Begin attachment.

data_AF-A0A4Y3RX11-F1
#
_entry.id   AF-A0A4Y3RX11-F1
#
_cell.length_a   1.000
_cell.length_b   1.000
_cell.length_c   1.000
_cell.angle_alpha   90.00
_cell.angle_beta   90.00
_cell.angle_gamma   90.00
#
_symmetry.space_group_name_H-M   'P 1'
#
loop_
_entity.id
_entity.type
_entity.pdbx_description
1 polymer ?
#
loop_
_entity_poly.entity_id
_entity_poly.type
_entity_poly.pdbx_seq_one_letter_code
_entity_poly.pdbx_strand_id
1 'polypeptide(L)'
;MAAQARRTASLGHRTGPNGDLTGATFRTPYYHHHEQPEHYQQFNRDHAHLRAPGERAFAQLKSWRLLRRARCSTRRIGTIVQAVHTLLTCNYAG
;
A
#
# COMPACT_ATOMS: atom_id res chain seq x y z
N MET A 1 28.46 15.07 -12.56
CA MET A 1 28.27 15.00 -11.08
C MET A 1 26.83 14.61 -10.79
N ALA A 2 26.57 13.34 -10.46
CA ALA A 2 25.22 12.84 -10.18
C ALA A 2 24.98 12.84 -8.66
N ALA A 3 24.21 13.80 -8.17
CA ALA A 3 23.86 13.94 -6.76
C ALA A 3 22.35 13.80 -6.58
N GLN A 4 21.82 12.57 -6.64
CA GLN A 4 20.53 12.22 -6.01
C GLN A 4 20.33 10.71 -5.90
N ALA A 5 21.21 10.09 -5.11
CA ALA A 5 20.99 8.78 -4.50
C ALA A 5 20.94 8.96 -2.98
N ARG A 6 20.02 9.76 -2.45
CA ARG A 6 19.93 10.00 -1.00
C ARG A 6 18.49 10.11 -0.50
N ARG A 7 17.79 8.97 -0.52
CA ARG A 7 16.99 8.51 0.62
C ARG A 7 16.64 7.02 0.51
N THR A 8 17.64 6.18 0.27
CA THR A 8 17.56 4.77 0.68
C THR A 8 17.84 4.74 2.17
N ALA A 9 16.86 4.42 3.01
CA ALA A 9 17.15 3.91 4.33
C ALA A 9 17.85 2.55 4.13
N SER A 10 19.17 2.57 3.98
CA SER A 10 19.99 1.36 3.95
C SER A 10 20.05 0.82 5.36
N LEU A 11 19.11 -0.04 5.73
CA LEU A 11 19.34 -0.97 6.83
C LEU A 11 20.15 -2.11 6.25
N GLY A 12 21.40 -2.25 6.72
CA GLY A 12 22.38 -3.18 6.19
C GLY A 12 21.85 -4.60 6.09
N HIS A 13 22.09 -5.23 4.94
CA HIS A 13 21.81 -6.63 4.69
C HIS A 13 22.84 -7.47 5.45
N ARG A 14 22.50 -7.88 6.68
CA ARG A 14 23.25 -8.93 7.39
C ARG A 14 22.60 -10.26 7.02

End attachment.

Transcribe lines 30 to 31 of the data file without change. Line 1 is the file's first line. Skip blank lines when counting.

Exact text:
# COMPACT_ATOMS: atom_id res chain seq x y z
N MET A 1 28.46 15.07 -12.56